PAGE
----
Are you one of the many millions that play the various charity lotteries every year. Then you should pat yourself on the back for the hundreds of millions of pounds that you’ve helped raise for a good cause.
According to the Gambling Commission over £296 million was raised for good causes a rise of £40 from last year’s figures.
Welcoming the record year of fundraising, Lotteries Council Chair, Tony Vick, praised players of charity lotteries for helping raise a record amount and said that the growth in good causes funding across both charity lotteries and the National Lottery was a “win-win” for the country.
Vick said: “This has been a great year of charity fundraising by charity lotteries, with charities across the country benefitting as a result. Our thanks go to charity lottery players across Britain who have helped the sector make a record amount for good causes.”
“The charity lottery sector has a huge amount of fundraising talent within it – both staff and volunteers – and charities such as hospices, air ambulances, community groups and sports teams benefit as a result. Given the tough charity fundraising climate this growth in income is very welcome.”
“We also welcome that both charity lottery funding and National Lottery funding is on a growth trajectory, which is a win-win for the country and makes clear that both types of lottery can grow together.”
So what has happened to all money raised through the National Lottery?
It seems 95% goes back to winners and society (much we presume to good causes), 4% is spent on operational costs and around 1% is kept in profits.
To date, National Lottery players have helped to raise over £39 billion for Good Causes, with more than 535,000 individual awards made across the UK – the equivalent of around 190 lottery grants in every UK postcode district.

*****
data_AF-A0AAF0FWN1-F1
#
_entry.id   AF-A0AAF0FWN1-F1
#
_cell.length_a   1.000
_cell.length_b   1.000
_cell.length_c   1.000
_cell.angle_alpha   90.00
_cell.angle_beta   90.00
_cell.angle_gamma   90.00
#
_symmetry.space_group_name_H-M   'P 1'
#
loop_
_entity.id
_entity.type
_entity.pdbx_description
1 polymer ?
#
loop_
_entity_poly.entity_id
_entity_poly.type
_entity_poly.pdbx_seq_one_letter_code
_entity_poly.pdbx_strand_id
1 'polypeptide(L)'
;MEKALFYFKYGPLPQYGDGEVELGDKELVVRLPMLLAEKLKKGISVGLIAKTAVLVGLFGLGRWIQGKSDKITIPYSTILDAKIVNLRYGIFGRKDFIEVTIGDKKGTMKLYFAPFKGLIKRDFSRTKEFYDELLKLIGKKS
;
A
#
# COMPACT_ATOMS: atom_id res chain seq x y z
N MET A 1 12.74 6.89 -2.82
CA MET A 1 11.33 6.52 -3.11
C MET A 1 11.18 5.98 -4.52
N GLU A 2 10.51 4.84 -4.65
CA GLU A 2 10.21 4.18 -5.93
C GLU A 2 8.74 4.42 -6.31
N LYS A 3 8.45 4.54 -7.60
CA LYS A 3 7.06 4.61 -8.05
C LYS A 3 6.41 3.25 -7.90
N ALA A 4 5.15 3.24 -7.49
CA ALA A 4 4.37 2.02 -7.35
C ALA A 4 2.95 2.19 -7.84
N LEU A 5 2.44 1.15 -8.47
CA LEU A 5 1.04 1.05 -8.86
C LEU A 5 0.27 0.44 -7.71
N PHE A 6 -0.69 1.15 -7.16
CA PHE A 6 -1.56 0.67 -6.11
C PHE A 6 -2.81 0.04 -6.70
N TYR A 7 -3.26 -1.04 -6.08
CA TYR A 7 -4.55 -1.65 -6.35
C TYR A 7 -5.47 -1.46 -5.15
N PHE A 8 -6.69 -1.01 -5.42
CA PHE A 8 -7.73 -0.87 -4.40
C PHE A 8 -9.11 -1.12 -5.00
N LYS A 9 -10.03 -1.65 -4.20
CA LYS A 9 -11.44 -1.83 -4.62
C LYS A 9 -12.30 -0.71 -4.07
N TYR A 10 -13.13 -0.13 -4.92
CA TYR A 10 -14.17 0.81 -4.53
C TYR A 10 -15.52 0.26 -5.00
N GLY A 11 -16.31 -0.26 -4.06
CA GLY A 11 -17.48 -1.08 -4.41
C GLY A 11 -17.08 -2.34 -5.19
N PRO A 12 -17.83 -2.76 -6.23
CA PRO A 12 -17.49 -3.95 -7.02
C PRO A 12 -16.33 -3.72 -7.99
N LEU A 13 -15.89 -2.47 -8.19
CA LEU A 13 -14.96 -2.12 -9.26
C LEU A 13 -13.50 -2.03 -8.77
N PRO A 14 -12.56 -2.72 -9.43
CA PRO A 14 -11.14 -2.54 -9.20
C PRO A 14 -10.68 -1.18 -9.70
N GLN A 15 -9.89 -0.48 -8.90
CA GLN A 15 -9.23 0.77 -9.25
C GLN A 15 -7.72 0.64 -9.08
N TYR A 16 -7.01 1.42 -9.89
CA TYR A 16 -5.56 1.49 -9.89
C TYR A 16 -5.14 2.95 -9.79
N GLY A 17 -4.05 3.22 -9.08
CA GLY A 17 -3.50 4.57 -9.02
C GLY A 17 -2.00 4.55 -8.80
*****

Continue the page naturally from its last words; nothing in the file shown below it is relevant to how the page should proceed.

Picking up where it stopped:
This is how the figures breakdown. A year in numbers.
From total ticket sales of £6,951.7 million in the year ending 31 March 2018:
£1,655.3 million was raised for National Lottery projects
£3,928.4 million was paid to players in prizes
£834.2 million went to the Government in Lottery Duty
£293.9 million was earned by retailers in commission
And as to where the National Lottery funding goes, well this the stats show:
Health, education, environment and charitable causes – 40%
Sport – 20%
Arts – 20%
Heritage – 20%
The Big Lottery Fund funds projects and activities that make communities stronger and more vibrant, and that are led by the people who live in them.
They support charities, community groups, and people with great ideas – local or national, large or small. They also bring people and groups together: to share experiences, learn from each other and try new ways of working.
To find out how to apply for funding visit: https://www.biglotteryfund.org.uk/funding